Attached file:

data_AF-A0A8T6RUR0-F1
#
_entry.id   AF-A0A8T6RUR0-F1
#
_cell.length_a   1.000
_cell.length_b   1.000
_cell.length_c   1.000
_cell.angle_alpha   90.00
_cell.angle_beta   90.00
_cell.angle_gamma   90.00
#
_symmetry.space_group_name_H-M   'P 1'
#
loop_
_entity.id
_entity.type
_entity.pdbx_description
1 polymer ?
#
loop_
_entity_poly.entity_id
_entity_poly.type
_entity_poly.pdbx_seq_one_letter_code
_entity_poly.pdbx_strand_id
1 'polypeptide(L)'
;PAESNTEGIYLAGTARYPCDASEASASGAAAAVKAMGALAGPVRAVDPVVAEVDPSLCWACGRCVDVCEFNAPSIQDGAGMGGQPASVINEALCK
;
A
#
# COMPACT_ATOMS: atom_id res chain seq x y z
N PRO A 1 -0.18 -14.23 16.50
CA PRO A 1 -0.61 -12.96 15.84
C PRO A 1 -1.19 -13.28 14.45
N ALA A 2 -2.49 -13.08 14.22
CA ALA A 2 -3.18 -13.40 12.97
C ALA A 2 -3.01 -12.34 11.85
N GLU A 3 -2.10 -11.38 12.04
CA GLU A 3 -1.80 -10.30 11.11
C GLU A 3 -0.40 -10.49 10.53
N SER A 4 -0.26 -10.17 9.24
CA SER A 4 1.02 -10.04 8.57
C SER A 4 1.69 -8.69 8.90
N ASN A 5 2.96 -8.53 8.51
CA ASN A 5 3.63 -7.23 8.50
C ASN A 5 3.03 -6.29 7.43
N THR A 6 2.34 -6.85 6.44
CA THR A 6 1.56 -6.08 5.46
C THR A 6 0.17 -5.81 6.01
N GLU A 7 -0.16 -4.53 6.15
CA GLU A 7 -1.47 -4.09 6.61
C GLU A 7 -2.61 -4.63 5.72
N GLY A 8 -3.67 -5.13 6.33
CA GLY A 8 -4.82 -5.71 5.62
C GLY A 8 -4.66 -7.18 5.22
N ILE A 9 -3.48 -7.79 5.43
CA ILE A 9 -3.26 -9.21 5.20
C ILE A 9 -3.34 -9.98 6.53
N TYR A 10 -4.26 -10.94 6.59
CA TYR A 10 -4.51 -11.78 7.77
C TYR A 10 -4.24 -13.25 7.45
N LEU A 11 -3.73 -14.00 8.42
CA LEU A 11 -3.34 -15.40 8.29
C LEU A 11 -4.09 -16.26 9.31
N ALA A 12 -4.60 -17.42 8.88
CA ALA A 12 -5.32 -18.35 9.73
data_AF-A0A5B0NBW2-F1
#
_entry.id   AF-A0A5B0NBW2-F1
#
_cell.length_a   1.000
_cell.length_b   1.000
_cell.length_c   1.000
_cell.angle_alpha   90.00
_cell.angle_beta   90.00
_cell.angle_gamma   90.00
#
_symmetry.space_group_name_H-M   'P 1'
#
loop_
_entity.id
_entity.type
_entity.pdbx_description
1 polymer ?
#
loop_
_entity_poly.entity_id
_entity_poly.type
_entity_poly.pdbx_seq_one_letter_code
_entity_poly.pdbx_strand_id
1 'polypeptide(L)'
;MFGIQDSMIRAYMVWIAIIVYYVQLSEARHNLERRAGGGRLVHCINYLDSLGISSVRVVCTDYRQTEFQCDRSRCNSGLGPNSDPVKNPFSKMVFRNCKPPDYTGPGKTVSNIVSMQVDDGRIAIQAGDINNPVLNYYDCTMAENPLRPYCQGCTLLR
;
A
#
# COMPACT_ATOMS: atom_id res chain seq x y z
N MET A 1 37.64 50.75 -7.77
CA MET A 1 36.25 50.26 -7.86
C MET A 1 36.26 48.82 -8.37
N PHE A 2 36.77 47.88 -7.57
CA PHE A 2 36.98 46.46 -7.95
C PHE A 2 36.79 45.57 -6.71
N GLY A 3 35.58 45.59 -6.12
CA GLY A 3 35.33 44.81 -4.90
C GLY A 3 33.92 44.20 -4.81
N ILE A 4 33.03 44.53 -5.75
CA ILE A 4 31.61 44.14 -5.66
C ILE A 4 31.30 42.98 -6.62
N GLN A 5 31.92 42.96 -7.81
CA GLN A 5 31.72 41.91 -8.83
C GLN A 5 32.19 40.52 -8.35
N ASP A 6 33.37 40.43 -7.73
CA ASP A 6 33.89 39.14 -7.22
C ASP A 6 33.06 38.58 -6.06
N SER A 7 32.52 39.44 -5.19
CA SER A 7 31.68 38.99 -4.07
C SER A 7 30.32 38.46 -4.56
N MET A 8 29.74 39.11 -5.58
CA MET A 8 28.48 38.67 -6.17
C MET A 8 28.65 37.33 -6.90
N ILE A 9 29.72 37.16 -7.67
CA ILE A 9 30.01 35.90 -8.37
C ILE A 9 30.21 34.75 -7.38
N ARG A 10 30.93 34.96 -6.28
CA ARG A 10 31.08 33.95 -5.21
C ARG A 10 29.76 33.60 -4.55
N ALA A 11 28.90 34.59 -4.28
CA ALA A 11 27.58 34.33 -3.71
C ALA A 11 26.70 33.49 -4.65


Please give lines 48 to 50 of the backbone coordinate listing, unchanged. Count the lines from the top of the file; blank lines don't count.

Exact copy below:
C THR A 6 0.17 -5.81 6.01
N GLU A 7 -0.16 -4.53 6.15
CA GLU A 7 -1.47 -4.09 6.61